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In 2008 we watched as the financial crisis culminated in protests against high food prices in various countries in both developed and developing countries. By that time, the phenomenon had become commonly known as a global financial crisis. Although there were initially claims that South Africa was not affected by the financial crisis, it later became clear that South Africa was not immune. During the period under review it is claimed that the South African agricultural sector created 35 000 jobs while 34 000 jobs were created by private households. It is not clear whether the jobs created by the agricultural sector were permanent or casual jobs. However, this prompted Stats South Africa spokesperson, Kefiloe Masiteng, to claim that “(A)gricultural employment is showing signs of recovery after seven successive quarters of job losses”.

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Zingisa Educational Project has a long history of working with the rural poor in the Amatole District Municipality.  Our experience over the years has convinced us that there is an urgent need to re-conceptualise the export-oriented farming model.  We believe that this model of farming is completely inappropriate for low-resourced farmers, particularly in a hostile global context, where even experienced commercial farmers are struggling to survive.  Much of the success of the model of commercial farming inherited can be attributed to the availability of land and cheap labour that was facilitated by a wide range of apartheid laws and policies.  Even then, the state had to pour enormous resources into farming to ensure its success. None of these conditions apply today.

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Central to our objectives during 2010 was building the capacity of small-scale fishing community leaders in order for them to advocate, and assist with the implementation of an approach to small-scale fisheries policy and management in South Africa that would maximise the sector’s potential to contribute to poverty alleviation, food security and gender equity. This we achieved through a series of field-trips by staff and, local area and regional workshops. These workshops also accommodated the crosscutting themes of access to natural marine resources as a means of income generation and livelihood sustainability and HIV/AIDS awareness amongst others. This year was also a period in which we gave effect to our new five year strategic plan.   When we reflect we can indeed be proud of the milestones we have reached in 2010.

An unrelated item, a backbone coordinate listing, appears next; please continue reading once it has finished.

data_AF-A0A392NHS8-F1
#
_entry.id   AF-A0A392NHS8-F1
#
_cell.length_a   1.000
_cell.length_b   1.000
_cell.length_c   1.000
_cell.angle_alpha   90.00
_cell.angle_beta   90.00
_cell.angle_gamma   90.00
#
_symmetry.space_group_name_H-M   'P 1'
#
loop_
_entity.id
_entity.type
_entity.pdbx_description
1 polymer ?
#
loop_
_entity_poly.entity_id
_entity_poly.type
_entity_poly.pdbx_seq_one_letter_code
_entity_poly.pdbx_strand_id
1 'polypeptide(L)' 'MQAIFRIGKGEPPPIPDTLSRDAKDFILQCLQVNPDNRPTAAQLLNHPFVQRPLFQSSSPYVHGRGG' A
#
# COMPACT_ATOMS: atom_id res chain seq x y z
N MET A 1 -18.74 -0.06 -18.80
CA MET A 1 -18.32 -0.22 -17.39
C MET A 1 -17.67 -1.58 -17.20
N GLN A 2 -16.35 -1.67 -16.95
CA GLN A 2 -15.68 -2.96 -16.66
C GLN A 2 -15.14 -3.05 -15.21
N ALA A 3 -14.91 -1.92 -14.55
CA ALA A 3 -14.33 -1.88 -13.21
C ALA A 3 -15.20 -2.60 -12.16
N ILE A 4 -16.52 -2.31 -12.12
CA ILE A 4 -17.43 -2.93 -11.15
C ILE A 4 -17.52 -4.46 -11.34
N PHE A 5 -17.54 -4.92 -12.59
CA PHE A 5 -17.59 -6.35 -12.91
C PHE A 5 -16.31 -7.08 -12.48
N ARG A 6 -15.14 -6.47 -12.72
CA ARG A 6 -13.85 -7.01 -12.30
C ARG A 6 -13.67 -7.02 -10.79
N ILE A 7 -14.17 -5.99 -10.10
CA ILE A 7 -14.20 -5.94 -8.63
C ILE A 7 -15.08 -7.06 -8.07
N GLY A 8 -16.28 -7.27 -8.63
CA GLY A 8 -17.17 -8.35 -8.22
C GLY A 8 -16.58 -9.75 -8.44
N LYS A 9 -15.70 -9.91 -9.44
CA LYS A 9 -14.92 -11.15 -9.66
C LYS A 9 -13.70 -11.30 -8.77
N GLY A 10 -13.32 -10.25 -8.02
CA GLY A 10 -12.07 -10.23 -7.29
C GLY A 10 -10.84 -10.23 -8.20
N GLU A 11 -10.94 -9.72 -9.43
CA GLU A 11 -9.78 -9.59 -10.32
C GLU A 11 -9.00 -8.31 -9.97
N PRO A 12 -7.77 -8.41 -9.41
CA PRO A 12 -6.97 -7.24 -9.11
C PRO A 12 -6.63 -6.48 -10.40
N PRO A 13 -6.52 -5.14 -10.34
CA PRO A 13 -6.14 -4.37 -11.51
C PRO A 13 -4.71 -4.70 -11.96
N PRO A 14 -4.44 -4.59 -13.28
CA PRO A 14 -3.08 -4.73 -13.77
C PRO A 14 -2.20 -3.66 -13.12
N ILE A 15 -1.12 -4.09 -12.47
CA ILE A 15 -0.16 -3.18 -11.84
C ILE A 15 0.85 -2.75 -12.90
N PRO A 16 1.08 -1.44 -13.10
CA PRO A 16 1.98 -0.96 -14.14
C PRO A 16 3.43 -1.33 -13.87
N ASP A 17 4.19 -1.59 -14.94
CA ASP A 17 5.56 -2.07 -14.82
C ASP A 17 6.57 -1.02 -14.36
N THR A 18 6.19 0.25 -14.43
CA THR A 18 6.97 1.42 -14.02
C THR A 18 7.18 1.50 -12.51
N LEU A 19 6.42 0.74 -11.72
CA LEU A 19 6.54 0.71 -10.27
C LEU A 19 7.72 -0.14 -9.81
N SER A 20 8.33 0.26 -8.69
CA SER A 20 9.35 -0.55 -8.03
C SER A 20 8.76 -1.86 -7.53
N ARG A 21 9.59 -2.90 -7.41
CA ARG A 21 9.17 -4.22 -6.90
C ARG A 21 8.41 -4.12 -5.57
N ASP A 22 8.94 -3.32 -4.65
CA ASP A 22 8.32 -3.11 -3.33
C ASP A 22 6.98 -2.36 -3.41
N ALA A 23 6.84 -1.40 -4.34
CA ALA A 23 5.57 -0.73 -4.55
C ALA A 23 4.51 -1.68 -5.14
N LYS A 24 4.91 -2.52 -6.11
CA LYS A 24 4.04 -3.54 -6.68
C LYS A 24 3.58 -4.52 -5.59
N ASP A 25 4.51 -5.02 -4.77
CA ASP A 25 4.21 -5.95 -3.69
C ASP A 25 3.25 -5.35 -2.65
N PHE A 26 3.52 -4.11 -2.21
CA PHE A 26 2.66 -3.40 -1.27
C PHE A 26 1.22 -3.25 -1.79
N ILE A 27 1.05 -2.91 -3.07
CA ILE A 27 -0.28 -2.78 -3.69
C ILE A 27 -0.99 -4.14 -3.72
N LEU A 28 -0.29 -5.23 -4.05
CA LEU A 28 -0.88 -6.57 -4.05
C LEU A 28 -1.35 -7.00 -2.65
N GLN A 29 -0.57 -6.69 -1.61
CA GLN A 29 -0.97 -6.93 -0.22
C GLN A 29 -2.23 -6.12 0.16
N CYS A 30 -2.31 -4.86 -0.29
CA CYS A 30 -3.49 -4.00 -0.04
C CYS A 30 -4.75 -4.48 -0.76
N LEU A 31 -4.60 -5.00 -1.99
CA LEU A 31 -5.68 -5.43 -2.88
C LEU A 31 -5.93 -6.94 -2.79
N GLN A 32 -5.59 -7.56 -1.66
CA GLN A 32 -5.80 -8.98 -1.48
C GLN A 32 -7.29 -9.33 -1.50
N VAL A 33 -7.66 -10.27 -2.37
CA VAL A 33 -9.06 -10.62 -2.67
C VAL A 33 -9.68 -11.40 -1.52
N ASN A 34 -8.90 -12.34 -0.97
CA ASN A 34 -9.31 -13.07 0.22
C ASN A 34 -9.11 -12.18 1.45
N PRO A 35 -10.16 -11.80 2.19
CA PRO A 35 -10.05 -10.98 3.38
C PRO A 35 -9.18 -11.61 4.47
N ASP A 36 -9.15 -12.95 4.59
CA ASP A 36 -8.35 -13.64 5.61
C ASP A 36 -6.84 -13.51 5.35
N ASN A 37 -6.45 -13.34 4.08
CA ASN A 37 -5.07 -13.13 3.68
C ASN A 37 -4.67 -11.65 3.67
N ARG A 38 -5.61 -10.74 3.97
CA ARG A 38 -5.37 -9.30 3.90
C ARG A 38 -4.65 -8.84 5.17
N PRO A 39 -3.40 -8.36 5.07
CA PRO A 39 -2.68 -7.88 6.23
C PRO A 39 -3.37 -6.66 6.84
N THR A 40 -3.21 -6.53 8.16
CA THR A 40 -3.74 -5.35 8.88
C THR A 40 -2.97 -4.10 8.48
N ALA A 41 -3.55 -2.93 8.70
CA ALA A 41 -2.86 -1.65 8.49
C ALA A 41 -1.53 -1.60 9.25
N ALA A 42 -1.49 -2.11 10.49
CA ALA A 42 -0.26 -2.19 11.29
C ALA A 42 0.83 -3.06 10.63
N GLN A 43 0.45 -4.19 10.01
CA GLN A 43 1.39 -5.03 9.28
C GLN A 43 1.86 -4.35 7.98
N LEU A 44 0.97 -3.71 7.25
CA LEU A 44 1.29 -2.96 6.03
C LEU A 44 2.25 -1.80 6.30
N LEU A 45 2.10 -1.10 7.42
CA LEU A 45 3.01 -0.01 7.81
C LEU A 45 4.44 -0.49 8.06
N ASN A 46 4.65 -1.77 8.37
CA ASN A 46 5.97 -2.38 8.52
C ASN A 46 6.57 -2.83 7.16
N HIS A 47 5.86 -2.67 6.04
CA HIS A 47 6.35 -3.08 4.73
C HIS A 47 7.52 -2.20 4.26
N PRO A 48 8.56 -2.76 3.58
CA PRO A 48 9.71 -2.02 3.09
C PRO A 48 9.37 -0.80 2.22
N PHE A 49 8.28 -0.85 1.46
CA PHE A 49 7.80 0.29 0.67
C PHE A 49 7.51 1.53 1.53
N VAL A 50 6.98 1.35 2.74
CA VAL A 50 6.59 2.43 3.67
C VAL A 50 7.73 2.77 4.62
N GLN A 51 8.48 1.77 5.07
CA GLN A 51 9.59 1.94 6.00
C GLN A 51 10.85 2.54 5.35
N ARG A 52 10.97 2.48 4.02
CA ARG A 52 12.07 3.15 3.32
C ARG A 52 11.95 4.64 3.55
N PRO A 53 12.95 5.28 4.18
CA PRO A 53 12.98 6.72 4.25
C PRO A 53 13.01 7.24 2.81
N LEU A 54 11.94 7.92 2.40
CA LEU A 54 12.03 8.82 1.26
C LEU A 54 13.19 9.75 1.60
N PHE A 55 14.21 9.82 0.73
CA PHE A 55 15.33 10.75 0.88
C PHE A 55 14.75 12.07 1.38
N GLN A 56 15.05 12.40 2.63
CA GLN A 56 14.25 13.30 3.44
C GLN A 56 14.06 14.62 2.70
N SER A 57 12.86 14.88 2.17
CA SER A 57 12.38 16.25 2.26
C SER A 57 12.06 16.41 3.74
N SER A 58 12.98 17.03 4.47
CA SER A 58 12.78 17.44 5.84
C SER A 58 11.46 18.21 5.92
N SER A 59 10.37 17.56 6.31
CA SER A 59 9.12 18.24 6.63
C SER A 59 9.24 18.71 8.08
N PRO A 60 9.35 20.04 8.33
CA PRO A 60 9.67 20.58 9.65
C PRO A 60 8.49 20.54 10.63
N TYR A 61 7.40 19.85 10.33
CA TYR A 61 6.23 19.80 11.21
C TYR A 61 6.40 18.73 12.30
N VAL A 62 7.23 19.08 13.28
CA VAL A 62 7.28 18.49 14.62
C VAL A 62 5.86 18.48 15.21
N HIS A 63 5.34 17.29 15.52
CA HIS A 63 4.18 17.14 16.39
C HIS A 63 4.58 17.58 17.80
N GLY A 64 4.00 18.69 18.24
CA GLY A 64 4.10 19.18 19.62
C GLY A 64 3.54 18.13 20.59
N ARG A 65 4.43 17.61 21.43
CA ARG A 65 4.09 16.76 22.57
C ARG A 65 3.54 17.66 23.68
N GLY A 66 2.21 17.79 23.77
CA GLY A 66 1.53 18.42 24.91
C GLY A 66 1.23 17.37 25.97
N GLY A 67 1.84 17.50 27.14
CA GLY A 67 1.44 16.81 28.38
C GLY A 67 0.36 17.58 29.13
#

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2010 was a year the country and most of its citizens will never forget. South Africa staged one of the world’s biggest events and leading up to this World Cup spectacular, the country underwent massive infrastructure development of stadiums, roads-networks, the construction of the Guatrain rail link between Johannesburg international and Sandton, the upgrading of the Johannesburg-Durban train route, and more. Yes, South Africa was able to showcase its ‘world class cities’, its natural beauty, its hospitality and its human capital. There was very little mentioned about the more than one million jobs losses in 2010, or the more than 13 million people still dependent on social grants, or of how social injustice manifests itself in continued labour unrest, schools’ unrest and community unrest in a demand for basic social services.

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Khanyisa’s area of operation is the Cacadu District (Eastern Cape, South Africa) in the Koega and Sundays River municipalities. Commercial agriculture is the dominant industry in these areas, with citrus and game farming being the biggest activities. The current farming practice is by its nature exclusionary as it only absorbs labour at certain times of the year, whilst the introduction of game farming has resulted in the retrenchment of a number of farm workers.
Unemployment in these areas is extremely high with the only source of income being seasonal work and state grants. The limited land redistribution in the district (less than 5% of land redistributed) has been an absolute failure with many of the land reform projects collapsing, due to the lack of support in the form of farm equipment, farm inputs and management expertise.

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